Monday, August 3, 2009

Greeting and Meeting China-Jewish Pioneers

When I left Beijing on July 19th I was under the impression that for the next two years I would no longer be involved in advancing ties between China and the Jewish world. I thanked Seth for giving me the chance to attend the Israel Studies Seminar at Peking University. And then I carefully packed away the business cards from the many Chinese Jewish scholars I had met in Beijing and said goodbye to China.

China, it turns out, is not ready to say goodbye to me! The four weeks since my return to Israel have been chockfull of happenings related to the burgeoning realm of China-Jewish ties. There are the fascinating individuals I have met, from Israel’s top academic on China to a passionate activist filled with ideas for developing the China-Jewish relationship. And then there are the professional opportunities that have come my way, including unexpected invitations from the midst of Iraq and the depths of the Prime Minister’s Office here in Jerusalem.

Before I had even returned from China, the founder and director of PresenTense, a magazine and summer institute devoted to fostering incipient Jewish social entrepreneurs, reached out to tell me I had to meet two young women, both whom were participants in this summer’s institute. I met the first of these remarkable women, Manuela, shortly before she departed Jerusalem for Beijing. Manuela is a Brazilian-American reporter based in China’s capital, where she mostly writes on food and environmental issues for Newsweek and other publications. She came to Israel this summer seeking support for an online information-sharing platform called Agritech that would promote the exchange of agricultural technologies between China and Israel. We spoke of how I could advance the project, settling on a vague role that if nothing else will keep me in touch with Manuela.

The second PresenTense fellow, Rebecca, was far more ready to have me suit up and contribute to her cause. Like Manuela, Rebecca comes at her interest in all things China-Jewish from an international background, having been raised in Liverpool and studied in Japan and China. In October 2008 she helped start the Israel-Asia Center, an advocacy organization providing better understanding and maximization of strategic partnerships and cooperation between Israel, the Jewish people and Asia - with a particular emphasis on China. The Center’s work, most of which currently involves education and the media, is right up my alley. And in Rebecca’s words, “the next two, maybe five, years are when everything will happen.” I have my doubts that in three years time there will be nothing left for me in the dynamic realm of advancing China’s ties with Israel and the Jewish world. Regardless, Rebecca’s offer is another sobering reminder of what I am sacrificing in enlisting in the army for the next two years.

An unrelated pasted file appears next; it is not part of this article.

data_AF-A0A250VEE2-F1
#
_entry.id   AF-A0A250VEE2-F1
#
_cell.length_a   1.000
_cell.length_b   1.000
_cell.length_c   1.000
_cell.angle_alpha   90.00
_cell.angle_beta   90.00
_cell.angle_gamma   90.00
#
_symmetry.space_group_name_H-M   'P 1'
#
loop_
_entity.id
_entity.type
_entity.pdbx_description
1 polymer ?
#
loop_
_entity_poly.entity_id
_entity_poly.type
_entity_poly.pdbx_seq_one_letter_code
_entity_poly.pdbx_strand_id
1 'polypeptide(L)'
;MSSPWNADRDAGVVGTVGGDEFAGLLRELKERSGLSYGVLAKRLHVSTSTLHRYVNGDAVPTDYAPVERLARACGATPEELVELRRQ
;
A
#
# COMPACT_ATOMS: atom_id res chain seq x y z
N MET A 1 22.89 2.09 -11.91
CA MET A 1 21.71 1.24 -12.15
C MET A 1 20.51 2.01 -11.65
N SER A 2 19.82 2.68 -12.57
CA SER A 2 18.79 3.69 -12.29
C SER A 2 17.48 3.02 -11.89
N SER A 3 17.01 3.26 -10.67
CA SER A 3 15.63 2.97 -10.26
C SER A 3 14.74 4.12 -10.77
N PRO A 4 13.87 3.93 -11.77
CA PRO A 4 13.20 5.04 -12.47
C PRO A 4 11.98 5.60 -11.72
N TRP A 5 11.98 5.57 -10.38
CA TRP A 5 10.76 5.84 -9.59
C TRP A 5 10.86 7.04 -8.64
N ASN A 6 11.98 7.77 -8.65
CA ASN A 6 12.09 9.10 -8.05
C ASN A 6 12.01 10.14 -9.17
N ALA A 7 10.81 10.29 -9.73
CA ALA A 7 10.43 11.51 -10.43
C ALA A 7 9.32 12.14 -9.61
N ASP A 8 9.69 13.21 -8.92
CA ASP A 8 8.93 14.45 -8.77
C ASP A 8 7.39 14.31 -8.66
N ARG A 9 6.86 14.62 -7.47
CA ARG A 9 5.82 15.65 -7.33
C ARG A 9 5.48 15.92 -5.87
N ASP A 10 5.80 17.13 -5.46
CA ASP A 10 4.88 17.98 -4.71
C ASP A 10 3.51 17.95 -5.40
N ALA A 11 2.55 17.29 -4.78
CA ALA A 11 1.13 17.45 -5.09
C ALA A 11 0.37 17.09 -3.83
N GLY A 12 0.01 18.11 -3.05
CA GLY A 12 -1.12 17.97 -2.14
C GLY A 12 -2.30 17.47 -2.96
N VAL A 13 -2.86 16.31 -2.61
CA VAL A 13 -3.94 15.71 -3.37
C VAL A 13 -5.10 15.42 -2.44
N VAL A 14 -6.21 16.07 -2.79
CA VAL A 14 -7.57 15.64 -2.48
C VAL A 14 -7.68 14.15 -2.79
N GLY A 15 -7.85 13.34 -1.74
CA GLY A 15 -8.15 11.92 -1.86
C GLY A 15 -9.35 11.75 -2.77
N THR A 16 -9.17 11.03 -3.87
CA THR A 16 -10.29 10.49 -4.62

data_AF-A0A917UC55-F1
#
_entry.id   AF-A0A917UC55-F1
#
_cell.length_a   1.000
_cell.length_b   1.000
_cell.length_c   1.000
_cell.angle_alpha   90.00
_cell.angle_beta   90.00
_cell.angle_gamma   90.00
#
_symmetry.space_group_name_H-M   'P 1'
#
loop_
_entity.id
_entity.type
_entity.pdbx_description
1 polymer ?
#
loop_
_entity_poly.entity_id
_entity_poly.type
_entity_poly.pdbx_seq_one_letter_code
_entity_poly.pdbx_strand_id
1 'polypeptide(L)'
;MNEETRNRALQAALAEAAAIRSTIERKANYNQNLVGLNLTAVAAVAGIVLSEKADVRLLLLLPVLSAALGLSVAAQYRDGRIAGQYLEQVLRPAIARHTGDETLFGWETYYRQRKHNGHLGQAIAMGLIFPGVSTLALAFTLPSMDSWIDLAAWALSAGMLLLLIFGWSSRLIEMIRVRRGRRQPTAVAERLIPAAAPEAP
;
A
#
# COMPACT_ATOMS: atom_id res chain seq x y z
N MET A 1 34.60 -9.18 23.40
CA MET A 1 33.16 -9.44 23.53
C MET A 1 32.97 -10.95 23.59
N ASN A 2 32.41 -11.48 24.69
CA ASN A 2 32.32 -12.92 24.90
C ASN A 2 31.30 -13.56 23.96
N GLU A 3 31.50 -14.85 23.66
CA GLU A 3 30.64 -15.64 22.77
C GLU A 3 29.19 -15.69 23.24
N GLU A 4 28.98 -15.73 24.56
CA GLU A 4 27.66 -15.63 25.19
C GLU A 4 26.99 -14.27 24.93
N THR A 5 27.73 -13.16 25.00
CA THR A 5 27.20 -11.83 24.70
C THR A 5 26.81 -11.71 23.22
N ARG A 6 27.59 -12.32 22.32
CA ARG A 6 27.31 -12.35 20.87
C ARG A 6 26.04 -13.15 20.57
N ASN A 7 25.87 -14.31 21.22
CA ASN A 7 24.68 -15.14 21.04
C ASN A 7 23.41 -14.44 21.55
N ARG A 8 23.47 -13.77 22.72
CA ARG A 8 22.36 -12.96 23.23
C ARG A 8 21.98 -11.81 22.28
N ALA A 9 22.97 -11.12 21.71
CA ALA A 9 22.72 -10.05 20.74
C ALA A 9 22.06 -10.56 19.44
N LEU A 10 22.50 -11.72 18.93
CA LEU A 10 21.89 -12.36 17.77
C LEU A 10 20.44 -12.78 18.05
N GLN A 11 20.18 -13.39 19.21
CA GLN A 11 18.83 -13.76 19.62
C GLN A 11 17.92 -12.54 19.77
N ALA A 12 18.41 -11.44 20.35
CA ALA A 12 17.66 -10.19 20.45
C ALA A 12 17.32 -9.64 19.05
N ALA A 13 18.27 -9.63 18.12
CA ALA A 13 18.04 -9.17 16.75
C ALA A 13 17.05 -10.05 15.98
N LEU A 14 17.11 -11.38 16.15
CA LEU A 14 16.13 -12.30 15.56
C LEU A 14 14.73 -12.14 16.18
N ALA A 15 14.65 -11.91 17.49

Rebecca’s involvement in the Israel-Asia Center began after she met perhaps the most intriguing individual (quite a title, considering the folks attracted to this line of work!) active in developing ties between China and the Jewish world. Australian born, Israeli by choice, and with academic experience at a slew of universities (Bar-Ilan, Sydney, Cambridge) and yeshivot (Har Etzion in the Gush, Yeshivat Nir in Kiryat Arba, Tomchei Temimim of Lubavitch, a Satmar Hasidic beit midrash, the Hartman Institute—you get the idea, everywhere!), Avrum E. was a pretty intriguing guy before he fell into the China game. And so when he accepted an invitation to teach Jewish mysticism and philosophy at Shandong University in 2005, advancing China-Jewish ties quickly became his new driving passion.

Avrum’s passion was on full display when we spoke until late into the night on July 27. After stating in no uncertain terms that I had to stay in Jerusalem rather than move to kibbutz for the next three months, Avrum spoke with lighting in his eyes about a seemingly endless number of ideas to jumpstart China-Jewish relations. As much as his ideas appealed to my own interests, the most lasting impression I have of our meeting is the man himself. Innovative scholar, pioneering activist, and most of all, a man afire with big plans for the future. Role-model, anybody?

The next person I met with may lack Avrum’s vast academic background. But her incomparable personal history and unusual insight made meeting Vicky W. a highlight of my final week in Jerusalem. Vicky’s story starts in southern China but really got going when she moved to New York from Switzerland ten years ago. “Once I was in New York it didn’t take me long to take the next natural step and become Jewish,” Vicky joked in describing how she become fascinated by Judaism and promptly converted with an Orthodox rabbi seven years ago. Her next decision was equally courageous: Vicky moved to Israel shortly after her conversion, having concluded that there was no better place to live a Jewish life. Over the course of our two hour meeting, Vicky spoke to me at length about how to succeed as a new immigrant to Israel. I found the advice deeply compelling, although eventually I got Vicky to speak about her professional experience over the last few years in the China-Israel scene. Vicky spoke of having to reassure Israelis that was not an illegal immigrant. She also described visiting her parent’s home in Guangzhou when she realized that Israel is now the only place in the world she feels truly at home.

I imagine that my own path down the road of China-Jewish ties will not bring me into conflict with quite the same challenges faced by my new friend Vicky W. Whatever my path is, however, I have no doubt that the folks I met in my last week in Jerusalem will prove integral in the road ahead.

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